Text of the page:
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The Santa Claus Ship- United States gave English children the Christmas they never had during World War I

Ian Harvey

Something most of us don’t often think about is how many family events soldiers past and present have missed due to being deployed or in the midst of battle. Those men and women have missed many birthdays, anniversaries, and holidays in order to defend their countries.

From early days of WWI, with the majority of the men being away from their children and wives, often little money was available for celebrating holidays and birthdays. Many children barely got anything as Christmas presents while their fathers were away.

One family from Kent, England knew just how that felt. A little girl, seven-year-old Alice Bailey, received a pair of stockings and a toy farm animal while her two-year-old neighbor, Daisy Andrews, received a ribbon.

A document that is now over 100 years old contains names of children and the presents they received while their fathers were away at war.

The United States saw the problems these families were having and stepped up by donating hundreds of toys for those in need. In New York the United States packed up a ship full of the toys and called it The Santa Claus Ship.

Daily Mail

Ironically, the ship was originally used for coal. However, U.S. Navy crew members packed it full of gloves, stockings, petticoats, sweets, and nuts. At one point in time the ship held a total of five million toys and goodies for the children, weighing a whopping 12,000 tons.

Before the ship was named The Santa Claus Ship, it was originally named the USS Jason. It made its first transatlantic trip to Plymouth, Devon where the first round of goods was delivered. The clothes and toys were distributed by officials from charities in the surrounding areas, along with the Soldiers’ and Sailors’ Families Association (SSAFA).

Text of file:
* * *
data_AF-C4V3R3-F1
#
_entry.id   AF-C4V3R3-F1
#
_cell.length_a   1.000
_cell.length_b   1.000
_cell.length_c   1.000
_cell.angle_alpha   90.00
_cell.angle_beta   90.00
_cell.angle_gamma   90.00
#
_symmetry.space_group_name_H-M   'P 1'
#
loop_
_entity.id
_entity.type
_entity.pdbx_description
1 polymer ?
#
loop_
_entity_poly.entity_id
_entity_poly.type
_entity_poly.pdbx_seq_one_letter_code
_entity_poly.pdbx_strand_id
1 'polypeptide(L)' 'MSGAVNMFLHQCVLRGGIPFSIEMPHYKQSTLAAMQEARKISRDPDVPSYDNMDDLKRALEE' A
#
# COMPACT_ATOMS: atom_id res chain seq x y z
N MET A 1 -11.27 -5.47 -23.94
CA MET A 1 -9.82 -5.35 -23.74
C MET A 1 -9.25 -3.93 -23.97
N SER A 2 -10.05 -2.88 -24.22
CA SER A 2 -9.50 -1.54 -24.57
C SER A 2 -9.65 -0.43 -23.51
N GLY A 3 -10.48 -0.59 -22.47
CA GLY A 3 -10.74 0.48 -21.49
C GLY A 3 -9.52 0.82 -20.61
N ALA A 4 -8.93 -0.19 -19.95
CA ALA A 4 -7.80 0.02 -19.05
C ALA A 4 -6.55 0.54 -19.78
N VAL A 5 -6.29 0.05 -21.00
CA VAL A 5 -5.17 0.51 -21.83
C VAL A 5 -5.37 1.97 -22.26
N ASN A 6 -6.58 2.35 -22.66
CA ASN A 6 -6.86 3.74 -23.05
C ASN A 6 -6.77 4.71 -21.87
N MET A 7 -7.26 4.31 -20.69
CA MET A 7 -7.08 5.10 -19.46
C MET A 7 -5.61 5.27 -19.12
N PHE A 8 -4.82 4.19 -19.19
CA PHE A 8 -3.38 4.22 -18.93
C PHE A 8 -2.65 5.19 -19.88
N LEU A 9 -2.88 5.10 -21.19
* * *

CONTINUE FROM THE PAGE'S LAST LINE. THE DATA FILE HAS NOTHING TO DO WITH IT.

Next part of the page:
The items were first distributed to the children who had lost their fathers in World War I battles. They were also given to those children whose fathers were considered to be missing. Other gifts were given to refugee families from Belgium as well.

U.S.S. Jason shortly after completion (1913)
U.S.S. Jason shortly after completion (1913)

In 1914 the SSAFA had reported from Lowestoft, Suffolk that the area was crowded with many children awaiting their gift or two. Generally, they would each be given a garment of some sort and a toy. After hitting all areas of Great Britain, The Santa Claus Ship made its way to Belgium and other parts of Europe that were suffering from the war.

The charity of the United States Navy had reached people’s hearts nationwide. Soon another charity mission started in Chicago which would advise families to give what they could to The Santa Claus Ship.

People packing Christmas gifts for the U.S.S. Jason which sailed from New York on November 14, 1914
People packing Christmas gifts for the U.S.S. Jason which sailed from New York on November 14, 1914

The news of the ship and the charity groups had also reached Britain. On September 22, 1914, a news report was released that talked about the spread of charity throughout the Western and Eastern states. The report had asked all the children who were not affected by the beginning of war to remember those who had lost their daddies in the fights. Those children were told to keep in mind the charity for the following Christmas and to donate again like they had that year.

The reports almost became an advertisement. One of the reporters had written about how good it feels to donate and help the poor children worldwide who were affected by the war. These were “messages from fortunate America to unfortunate Europe.” Advertising for the charity spread when the McKinley Music Company made up a song about the children and charities, and published it. The song highlighted how President Wilson and his Secretary of the Navy had agreed to let the Navy ship be used as the Christmas Ship.

Not only did the United States citizens care about the English children, the government also found it very important for the ship to be used to give those poor children the Christmas they deserved. But though there was a Christmas ship for that year, the following year it was not promised; this was the people’s only time to help raise money and gifts for those children.

Not only was the gesture of the United States appreciated by the children and parents of England, it also served to support English morale during the war. The two countries coming together and supporting each other didn’t go unnoticed.

Ian Harvey

Ian Harvey is one of the authors writing for The Vintage News